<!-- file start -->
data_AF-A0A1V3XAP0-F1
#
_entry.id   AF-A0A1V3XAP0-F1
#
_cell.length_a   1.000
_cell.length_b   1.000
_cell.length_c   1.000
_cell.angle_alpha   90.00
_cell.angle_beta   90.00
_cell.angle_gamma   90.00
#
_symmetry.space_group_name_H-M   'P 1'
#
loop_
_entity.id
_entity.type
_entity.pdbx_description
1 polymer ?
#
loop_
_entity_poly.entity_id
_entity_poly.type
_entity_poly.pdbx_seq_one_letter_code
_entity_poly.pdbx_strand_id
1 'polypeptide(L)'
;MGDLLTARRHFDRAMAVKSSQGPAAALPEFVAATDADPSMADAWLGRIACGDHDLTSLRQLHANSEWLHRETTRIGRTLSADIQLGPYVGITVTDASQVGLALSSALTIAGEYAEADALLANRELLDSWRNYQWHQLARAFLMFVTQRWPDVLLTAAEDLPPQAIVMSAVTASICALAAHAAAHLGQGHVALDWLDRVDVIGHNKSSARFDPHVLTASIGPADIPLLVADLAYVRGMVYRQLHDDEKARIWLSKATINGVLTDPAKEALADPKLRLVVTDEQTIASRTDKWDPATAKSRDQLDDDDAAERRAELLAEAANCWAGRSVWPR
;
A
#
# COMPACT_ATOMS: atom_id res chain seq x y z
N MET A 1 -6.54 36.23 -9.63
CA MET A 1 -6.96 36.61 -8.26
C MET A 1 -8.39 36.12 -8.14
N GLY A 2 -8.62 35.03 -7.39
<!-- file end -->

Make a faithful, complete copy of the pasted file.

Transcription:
data_AF-A0A1V3XAP0-F1
#
_entry.id   AF-A0A1V3XAP0-F1
#
_cell.length_a   1.000
_cell.length_b   1.000
_cell.length_c   1.000
_cell.angle_alpha   90.00
_cell.angle_beta   90.00
_cell.angle_gamma   90.00
#
_symmetry.space_group_name_H-M   'P 1'
#
loop_
_entity.id
_entity.type
_entity.pdbx_description
1 polymer ?
#
loop_
_entity_poly.entity_id
_entity_poly.type
_entity_poly.pdbx_seq_one_letter_code
_entity_poly.pdbx_strand_id
1 'polypeptide(L)'
;MGDLLTARRHFDRAMAVKSSQGPAAALPEFVAATDADPSMADAWLGRIACGDHDLTSLRQLHANSEWLHRETTRIGRTLSADIQLGPYVGITVTDASQVGLALSSALTIAGEYAEADALLANRELLDSWRNYQWHQLARAFLMFVTQRWPDVLLTAAEDLPPQAIVMSAVTASICALAAHAAAHLGQGHVALDWLDRVDVIGHNKSSARFDPHVLTASIGPADIPLLVADLAYVRGMVYRQLHDDEKARIWLSKATINGVLTDPAKEALADPKLRLVVTDEQTIASRTDKWDPATAKSRDQLDDDDAAERRAELLAEAANCWAGRSVWPR
;
A
#
# COMPACT_ATOMS: atom_id res chain seq x y z
N MET A 1 -6.54 36.23 -9.63
CA MET A 1 -6.96 36.61 -8.26
C MET A 1 -8.39 36.12 -8.14
N GLY A 2 -8.62 35.03 -7.39